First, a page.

I was interviewed and quoted extensively in Jess Nelson’s MediaPost article about ad blockers and publishing industry:
I was quoted in Digiday for an interesting article about Morning Brew, a highly successful standalone newsletter-as-a-business. It’s a mystery to me why more publishers don’t wake up to the potential of high quality newsletter products. If Morning Brew, theSkimm, and theHustle can generate millions of dollars with just a handful of employees and a direct sold ad model, why is this opportunity commonly overlooked by larger publishers with vastly more resources?
I was quoted extensively in an ANA article (Association of National Advertisers):
“I’ve seen many B2B marketers over-engineer around data and analytics, ending up with their shoelaces tied together,” Sibson says. “The best investment of time and energy for B2B marketers is a strong segmentation strategy, backed by rigorous qualitative research. Aim to have five to 10 clearly defined segments, or personas, for your prospects, and use data and analytics to bucket them as quickly as possible in order to get them into the right messaging stream.”
Read the full article here (registration wall):
I was interviewed for Martech’s TechBytes series, touching a wide range of topics from email as identity, GDPR, to CMO budgeting.
MediaPost solicited my opinion along with a panel of industry experts about the recent changes to Facebook’s news feed that prioritizes local news in the content feed.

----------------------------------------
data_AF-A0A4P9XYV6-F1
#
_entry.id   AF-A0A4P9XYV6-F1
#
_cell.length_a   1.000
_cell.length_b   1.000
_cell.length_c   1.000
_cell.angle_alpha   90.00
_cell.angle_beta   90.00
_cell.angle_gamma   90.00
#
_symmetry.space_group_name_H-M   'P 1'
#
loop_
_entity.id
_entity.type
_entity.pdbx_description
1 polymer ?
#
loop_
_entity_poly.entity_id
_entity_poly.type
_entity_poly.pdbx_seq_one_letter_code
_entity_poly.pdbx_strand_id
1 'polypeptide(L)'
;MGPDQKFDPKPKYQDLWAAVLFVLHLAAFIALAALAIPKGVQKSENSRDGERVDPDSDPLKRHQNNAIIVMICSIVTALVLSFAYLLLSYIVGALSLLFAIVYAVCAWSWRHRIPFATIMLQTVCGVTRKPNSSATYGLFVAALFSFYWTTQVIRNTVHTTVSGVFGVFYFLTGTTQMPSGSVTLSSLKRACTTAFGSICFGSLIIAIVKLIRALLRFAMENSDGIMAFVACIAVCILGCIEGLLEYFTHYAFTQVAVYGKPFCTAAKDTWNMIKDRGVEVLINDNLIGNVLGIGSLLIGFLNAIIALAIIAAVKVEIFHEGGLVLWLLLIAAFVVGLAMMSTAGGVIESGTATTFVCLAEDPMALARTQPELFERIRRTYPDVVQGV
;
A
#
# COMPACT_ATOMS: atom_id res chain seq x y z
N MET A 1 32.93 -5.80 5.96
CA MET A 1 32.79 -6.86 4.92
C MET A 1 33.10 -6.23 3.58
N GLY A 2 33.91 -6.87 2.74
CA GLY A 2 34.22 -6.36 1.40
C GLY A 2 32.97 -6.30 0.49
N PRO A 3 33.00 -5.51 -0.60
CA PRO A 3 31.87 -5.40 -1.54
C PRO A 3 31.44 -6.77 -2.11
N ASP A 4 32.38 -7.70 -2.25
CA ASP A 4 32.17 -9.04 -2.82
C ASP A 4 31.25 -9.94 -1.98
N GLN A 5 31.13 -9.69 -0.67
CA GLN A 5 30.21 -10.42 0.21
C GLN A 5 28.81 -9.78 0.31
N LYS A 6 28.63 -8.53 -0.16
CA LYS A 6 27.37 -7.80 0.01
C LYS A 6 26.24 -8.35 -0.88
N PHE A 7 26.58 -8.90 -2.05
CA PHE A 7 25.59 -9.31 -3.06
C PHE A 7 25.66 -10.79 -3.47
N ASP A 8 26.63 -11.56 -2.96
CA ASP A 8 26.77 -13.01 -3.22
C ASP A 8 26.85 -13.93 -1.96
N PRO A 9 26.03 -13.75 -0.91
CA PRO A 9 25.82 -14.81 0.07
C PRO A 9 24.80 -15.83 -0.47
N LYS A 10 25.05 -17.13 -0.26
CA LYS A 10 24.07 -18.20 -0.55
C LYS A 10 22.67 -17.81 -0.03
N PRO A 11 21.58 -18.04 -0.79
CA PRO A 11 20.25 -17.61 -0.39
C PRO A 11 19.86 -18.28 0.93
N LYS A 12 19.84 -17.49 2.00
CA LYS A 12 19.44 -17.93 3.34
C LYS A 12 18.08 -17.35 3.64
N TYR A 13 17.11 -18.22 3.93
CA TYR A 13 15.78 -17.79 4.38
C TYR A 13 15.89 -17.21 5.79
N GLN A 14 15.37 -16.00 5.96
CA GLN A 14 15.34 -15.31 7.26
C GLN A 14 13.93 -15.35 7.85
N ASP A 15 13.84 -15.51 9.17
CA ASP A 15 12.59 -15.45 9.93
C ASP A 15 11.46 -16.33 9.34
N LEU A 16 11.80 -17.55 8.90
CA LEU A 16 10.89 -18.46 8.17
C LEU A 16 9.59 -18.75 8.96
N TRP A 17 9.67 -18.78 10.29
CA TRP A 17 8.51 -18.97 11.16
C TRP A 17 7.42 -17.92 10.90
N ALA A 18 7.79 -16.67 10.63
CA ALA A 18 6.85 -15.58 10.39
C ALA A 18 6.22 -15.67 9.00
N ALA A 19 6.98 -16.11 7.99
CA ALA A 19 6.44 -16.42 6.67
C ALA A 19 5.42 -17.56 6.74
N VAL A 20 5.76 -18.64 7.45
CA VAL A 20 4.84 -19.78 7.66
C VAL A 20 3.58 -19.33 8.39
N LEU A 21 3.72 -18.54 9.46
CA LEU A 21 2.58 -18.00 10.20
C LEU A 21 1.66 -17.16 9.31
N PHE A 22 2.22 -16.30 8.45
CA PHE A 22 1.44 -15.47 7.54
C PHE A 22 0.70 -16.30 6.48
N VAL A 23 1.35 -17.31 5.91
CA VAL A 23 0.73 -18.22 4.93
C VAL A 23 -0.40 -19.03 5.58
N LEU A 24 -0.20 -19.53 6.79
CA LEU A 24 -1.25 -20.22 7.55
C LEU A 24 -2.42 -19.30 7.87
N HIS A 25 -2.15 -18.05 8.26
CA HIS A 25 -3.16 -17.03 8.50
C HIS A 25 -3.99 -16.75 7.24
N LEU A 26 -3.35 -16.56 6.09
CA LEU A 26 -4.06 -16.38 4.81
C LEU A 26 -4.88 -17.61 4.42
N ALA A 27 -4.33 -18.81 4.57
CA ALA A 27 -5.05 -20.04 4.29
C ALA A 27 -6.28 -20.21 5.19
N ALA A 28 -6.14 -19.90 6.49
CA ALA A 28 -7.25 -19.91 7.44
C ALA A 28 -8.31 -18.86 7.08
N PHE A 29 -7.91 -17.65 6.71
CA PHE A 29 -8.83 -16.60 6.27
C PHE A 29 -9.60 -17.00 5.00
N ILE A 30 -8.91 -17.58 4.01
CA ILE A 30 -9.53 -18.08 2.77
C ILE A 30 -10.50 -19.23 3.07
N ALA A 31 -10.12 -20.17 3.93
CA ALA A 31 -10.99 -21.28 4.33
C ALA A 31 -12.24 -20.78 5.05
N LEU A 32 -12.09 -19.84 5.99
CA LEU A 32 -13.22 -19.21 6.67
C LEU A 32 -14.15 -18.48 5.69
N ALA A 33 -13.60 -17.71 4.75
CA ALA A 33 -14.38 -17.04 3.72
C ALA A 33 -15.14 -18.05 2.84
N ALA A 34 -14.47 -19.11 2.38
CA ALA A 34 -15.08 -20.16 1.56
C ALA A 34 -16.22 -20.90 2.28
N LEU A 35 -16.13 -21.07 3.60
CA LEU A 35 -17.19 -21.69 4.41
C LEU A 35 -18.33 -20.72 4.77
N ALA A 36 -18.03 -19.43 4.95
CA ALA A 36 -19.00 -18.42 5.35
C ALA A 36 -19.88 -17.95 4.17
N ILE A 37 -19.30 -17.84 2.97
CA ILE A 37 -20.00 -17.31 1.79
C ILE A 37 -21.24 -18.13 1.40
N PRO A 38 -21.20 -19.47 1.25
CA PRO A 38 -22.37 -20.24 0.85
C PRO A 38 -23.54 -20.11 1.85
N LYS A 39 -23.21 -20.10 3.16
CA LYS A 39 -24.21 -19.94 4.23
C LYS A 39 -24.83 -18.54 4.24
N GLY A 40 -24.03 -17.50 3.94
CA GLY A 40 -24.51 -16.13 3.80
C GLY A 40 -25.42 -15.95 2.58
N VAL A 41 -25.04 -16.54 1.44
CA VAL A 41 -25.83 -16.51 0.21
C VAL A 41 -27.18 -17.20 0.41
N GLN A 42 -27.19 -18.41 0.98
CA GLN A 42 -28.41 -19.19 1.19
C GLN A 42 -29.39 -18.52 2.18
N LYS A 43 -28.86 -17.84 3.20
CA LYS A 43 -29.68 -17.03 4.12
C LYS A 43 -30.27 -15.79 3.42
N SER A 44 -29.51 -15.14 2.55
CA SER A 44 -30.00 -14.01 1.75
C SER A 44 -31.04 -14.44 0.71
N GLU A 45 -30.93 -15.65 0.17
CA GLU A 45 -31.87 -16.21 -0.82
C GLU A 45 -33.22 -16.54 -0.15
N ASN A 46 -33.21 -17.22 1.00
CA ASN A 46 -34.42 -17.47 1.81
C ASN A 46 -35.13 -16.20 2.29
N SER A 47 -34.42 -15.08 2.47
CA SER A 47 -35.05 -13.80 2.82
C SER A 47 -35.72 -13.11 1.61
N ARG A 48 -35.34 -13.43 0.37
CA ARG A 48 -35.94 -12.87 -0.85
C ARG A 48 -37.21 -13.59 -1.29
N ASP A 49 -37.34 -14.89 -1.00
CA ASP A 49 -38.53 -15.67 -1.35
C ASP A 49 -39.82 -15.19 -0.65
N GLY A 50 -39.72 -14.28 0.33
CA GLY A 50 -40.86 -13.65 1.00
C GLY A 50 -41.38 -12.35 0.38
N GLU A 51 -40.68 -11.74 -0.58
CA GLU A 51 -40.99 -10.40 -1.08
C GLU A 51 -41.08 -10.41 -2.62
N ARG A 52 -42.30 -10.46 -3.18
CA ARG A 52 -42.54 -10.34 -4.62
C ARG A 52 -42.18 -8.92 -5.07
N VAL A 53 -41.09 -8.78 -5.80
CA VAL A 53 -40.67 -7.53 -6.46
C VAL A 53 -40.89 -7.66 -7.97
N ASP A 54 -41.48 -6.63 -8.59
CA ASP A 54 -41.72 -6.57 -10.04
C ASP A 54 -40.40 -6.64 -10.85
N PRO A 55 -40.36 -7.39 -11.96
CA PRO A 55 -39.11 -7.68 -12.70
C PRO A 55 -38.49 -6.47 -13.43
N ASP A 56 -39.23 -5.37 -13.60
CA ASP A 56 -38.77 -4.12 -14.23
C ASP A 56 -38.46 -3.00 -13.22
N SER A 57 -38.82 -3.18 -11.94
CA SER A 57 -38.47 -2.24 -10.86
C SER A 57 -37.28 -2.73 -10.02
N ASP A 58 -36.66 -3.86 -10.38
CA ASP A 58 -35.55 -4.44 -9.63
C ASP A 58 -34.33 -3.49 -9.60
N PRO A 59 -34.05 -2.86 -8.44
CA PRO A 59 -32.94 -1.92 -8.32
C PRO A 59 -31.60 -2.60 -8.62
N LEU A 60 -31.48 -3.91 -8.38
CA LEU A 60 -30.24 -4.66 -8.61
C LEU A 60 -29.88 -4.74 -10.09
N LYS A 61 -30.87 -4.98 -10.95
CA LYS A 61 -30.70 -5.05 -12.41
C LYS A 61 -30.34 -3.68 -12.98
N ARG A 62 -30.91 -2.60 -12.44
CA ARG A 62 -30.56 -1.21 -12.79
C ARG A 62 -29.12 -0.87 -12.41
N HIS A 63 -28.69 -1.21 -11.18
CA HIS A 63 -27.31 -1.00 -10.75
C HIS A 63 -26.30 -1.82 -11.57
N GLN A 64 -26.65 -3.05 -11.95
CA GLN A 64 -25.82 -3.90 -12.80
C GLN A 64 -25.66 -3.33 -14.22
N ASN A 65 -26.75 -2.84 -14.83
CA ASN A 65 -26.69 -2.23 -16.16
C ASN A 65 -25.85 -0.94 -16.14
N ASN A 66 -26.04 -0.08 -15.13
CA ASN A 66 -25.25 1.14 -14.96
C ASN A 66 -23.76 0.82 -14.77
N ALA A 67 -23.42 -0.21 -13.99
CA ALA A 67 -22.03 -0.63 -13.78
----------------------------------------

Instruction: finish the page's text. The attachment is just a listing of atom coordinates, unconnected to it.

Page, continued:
“While on the surface, this is good news for local news, it feels a bit like flowers after being punched in the face. Let’s not forget that Facebook just cut publisher’s organic reach to zero. Also, this change is more about Facebook trying to show users healthy content than it is about helping publishers. I think we can agree that local news is better than clickbait, but it still causes discomfort that Facebook is the arbiter of what’s good and bad for us.”
Read the full article on Media Post:
Apple is blocking/deleting 3rd party cookies for Safari users in some situations. This hurts advertisers since their targeted (and especially retargeted) ads are less effective. But in particular, it hurts the ad tech providers that act as the middle men between advertisers and publishers – their entire value proposition is based on the ability to track and target consumers across the Internet.
I was quoted in this article on Axios:
This could be a good thing for publishers if it motivates advertisers to buy ad inventory directly, which is far more lucrative to publishers than programmatic. It could also force ad tech providers to pass through more of the revenue to publishers, since they are providing less of the value realized by advertisers.
I was interviewed in Email Marketing Daily for PostUp’s Dynamic Content Wall product launch:
The goal is to help publishers transform grow their revenues with Personalized Business Models.
I was interviewed by Erik Sass at MediaPost about publisher strategy in the sometimes adversarial relationship between publishers and platforms. I love his opening line: “The platforms giveth, then they puncheth you in the face.”
Publishers casting about for alternative ways to reach (and take possession) of their audiences are giving another look to older channels like email, according to Keith Sibson, vice-president of product and marketing at email platform PostUp. He noted publishers can also benefit from growing concern among advertisers about brand safety on the platforms.